The song says, “Teach Your Children Well”. Remember the “Golden Rule”? The golden rule is best interpreted as saying: "Treat others only in ways that you're willing to be treated in the same exact situation." To apply it, you'd imagine yourself in the exact place of the other person on the receiving end of the action. If you act in a given way toward another, and yet are unwilling to be treated that way in the same circumstances, then you violate the rule. Application of this “rule” requires knowledge and imagination. We need to know what effects our actions have on others and imagine ourselves in the other person’s place receiving those actions. How can we help children learn the precepts of the “Golden Rule”? Manners matter.
The following website discusses ways in which we can creatively teach manners. Some of the suggestions: Using 'Simon Says' and 'Follow the Leader' to teach manners; creating songs or rhymes that help remind the children of rules; and discussing recent visits to a restaurant or fast food place as a way of introducing table manners.
Make 'Manners' your theme for the week; prepare a list of materials and resources available; and plan a variety of projects and games you can use to teach children about manners. For some ideas, visit:
It is very frustrating when a child constantly interrupts during a
conversation or a group activity. Children place themselves at the
center of their little universe and expect everyone else to do the same.
Interrupting is a child’s way of attempting to gain attention when the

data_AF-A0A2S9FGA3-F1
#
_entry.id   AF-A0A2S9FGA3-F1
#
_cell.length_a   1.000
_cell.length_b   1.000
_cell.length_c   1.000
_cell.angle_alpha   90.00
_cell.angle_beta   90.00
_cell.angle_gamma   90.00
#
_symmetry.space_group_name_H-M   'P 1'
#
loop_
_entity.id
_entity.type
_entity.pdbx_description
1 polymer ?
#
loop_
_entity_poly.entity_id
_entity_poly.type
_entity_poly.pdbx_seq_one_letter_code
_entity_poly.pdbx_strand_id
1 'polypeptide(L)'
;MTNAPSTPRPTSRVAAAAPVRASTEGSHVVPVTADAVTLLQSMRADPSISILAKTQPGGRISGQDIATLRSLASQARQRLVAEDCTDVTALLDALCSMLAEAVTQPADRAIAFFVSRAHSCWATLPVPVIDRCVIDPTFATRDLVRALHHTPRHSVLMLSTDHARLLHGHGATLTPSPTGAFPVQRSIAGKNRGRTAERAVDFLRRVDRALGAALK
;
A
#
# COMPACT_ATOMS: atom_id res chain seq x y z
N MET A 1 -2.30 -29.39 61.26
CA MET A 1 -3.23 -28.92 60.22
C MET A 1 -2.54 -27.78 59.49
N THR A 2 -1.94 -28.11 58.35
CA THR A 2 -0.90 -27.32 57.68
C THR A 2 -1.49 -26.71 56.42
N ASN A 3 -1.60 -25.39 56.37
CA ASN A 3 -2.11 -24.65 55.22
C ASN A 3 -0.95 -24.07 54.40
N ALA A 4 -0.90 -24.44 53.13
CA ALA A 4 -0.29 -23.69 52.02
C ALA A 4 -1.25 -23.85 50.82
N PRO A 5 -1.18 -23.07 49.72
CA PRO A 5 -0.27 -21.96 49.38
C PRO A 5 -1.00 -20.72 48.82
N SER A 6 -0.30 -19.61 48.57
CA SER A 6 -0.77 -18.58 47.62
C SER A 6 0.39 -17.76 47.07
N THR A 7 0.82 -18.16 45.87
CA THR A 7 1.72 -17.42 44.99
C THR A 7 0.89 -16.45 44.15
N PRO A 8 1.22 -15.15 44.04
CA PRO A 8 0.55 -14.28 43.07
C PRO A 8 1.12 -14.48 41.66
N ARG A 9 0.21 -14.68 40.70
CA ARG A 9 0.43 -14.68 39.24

focus is no longer about them. If this behavior is not immediately nipped
in the bud, expect the interrupting to escalate and get worse over time.
Can a “secret code” be the answer?
Young children can be taught how to interrupt someone politely using the "The Secret Code to the Interrupt Rule." Teach a child to put their hand gently on the back of your arm, they can zip their mouth and not say a word. That is his secret code to tell you that he has a question or needs something.
Teachers want to respond quickly to children, but we don't want to be rude to others. With the "Secret Code," you can continue your conversation until there is a break in the flow of thought, and then politely say, "Excuse me just a moment," and turn to the child, and say, "Yes, Mary. What do you need?"
Children love to know that they have a "Secret Code" to get your attention, and they don't have to yell or have a temper tantrum to get noticed. How many “Secret Codes” can you come up with? Have the children participate in choosing “Secret Codes”. Here is a free lesson plan on manners:
Are you looking for a fun way to teach preschool manners?
This preschool manners craft does just that. Students will have a great time making and using this craft. You and their parents will have a great time rewarding them for their good manners!
For those too young to work with glue, scissors, markers, yarn and crayons, you can provide various material and a blank piece of construction paper for them. Remember art is a time the child can develop their imagination. Let them design their own apron pocket and you can put their name on their pocket. You can even use paper plates cut in half to make pockets and when decorated glue or staple to a large apron.
Visit the following website for a craft you can use to help teach your preschoolers manners.